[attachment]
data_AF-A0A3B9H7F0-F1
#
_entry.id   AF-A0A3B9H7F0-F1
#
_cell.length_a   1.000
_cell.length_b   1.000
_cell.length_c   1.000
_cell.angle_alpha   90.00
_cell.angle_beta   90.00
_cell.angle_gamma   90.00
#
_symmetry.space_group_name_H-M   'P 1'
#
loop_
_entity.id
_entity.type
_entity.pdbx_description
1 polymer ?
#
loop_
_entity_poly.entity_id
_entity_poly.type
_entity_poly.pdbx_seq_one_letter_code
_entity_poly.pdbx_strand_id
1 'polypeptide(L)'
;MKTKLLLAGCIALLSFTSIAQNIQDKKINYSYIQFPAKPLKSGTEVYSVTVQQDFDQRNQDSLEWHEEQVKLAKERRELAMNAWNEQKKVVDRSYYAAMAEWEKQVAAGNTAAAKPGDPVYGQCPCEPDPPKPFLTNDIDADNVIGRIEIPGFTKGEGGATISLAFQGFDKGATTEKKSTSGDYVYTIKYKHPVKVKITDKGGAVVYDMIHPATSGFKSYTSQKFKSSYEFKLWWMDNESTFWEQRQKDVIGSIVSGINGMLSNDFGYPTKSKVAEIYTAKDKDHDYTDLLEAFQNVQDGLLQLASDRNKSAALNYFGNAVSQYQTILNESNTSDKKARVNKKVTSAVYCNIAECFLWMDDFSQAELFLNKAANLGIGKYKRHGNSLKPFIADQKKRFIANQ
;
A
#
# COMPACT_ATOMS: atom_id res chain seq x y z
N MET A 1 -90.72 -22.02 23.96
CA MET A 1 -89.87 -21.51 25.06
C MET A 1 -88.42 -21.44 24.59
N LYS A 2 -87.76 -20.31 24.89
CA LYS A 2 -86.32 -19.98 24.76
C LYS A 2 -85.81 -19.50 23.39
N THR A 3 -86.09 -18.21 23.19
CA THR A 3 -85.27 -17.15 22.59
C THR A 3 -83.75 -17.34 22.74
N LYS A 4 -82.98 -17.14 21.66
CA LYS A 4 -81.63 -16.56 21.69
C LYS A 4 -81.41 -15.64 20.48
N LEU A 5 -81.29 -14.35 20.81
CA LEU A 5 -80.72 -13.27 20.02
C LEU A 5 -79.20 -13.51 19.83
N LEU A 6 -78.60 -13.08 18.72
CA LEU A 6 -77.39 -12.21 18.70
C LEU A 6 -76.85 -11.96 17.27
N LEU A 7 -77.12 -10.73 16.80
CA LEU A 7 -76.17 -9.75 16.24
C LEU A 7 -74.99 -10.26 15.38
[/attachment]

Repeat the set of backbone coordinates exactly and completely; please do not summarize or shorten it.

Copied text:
data_AF-A0A3B9H7F0-F1
#
_entry.id   AF-A0A3B9H7F0-F1
#
_cell.length_a   1.000
_cell.length_b   1.000
_cell.length_c   1.000
_cell.angle_alpha   90.00
_cell.angle_beta   90.00
_cell.angle_gamma   90.00
#
_symmetry.space_group_name_H-M   'P 1'
#
loop_
_entity.id
_entity.type
_entity.pdbx_description
1 polymer ?
#
loop_
_entity_poly.entity_id
_entity_poly.type
_entity_poly.pdbx_seq_one_letter_code
_entity_poly.pdbx_strand_id
1 'polypeptide(L)'
;MKTKLLLAGCIALLSFTSIAQNIQDKKINYSYIQFPAKPLKSGTEVYSVTVQQDFDQRNQDSLEWHEEQVKLAKERRELAMNAWNEQKKVVDRSYYAAMAEWEKQVAAGNTAAAKPGDPVYGQCPCEPDPPKPFLTNDIDADNVIGRIEIPGFTKGEGGATISLAFQGFDKGATTEKKSTSGDYVYTIKYKHPVKVKITDKGGAVVYDMIHPATSGFKSYTSQKFKSSYEFKLWWMDNESTFWEQRQKDVIGSIVSGINGMLSNDFGYPTKSKVAEIYTAKDKDHDYTDLLEAFQNVQDGLLQLASDRNKSAALNYFGNAVSQYQTILNESNTSDKKARVNKKVTSAVYCNIAECFLWMDDFSQAELFLNKAANLGIGKYKRHGNSLKPFIADQKKRFIANQ
;
A
#
# COMPACT_ATOMS: atom_id res chain seq x y z
N MET A 1 -90.72 -22.02 23.96
CA MET A 1 -89.87 -21.51 25.06
C MET A 1 -88.42 -21.44 24.59
N LYS A 2 -87.76 -20.31 24.89
CA LYS A 2 -86.32 -19.98 24.76
C LYS A 2 -85.81 -19.50 23.39
N THR A 3 -86.09 -18.21 23.19
CA THR A 3 -85.27 -17.15 22.59
C THR A 3 -83.75 -17.34 22.74
N LYS A 4 -82.98 -17.14 21.66
CA LYS A 4 -81.63 -16.56 21.69
C LYS A 4 -81.41 -15.64 20.48
N LEU A 5 -81.29 -14.35 20.81
CA LEU A 5 -80.72 -13.27 20.02
C LEU A 5 -79.20 -13.51 19.83
N LEU A 6 -78.60 -13.08 18.72
CA LEU A 6 -77.39 -12.21 18.70
C LEU A 6 -76.85 -11.96 17.27
N LEU A 7 -77.12 -10.73 16.80
CA LEU A 7 -76.17 -9.75 16.24
C LEU A 7 -74.99 -10.26 15.38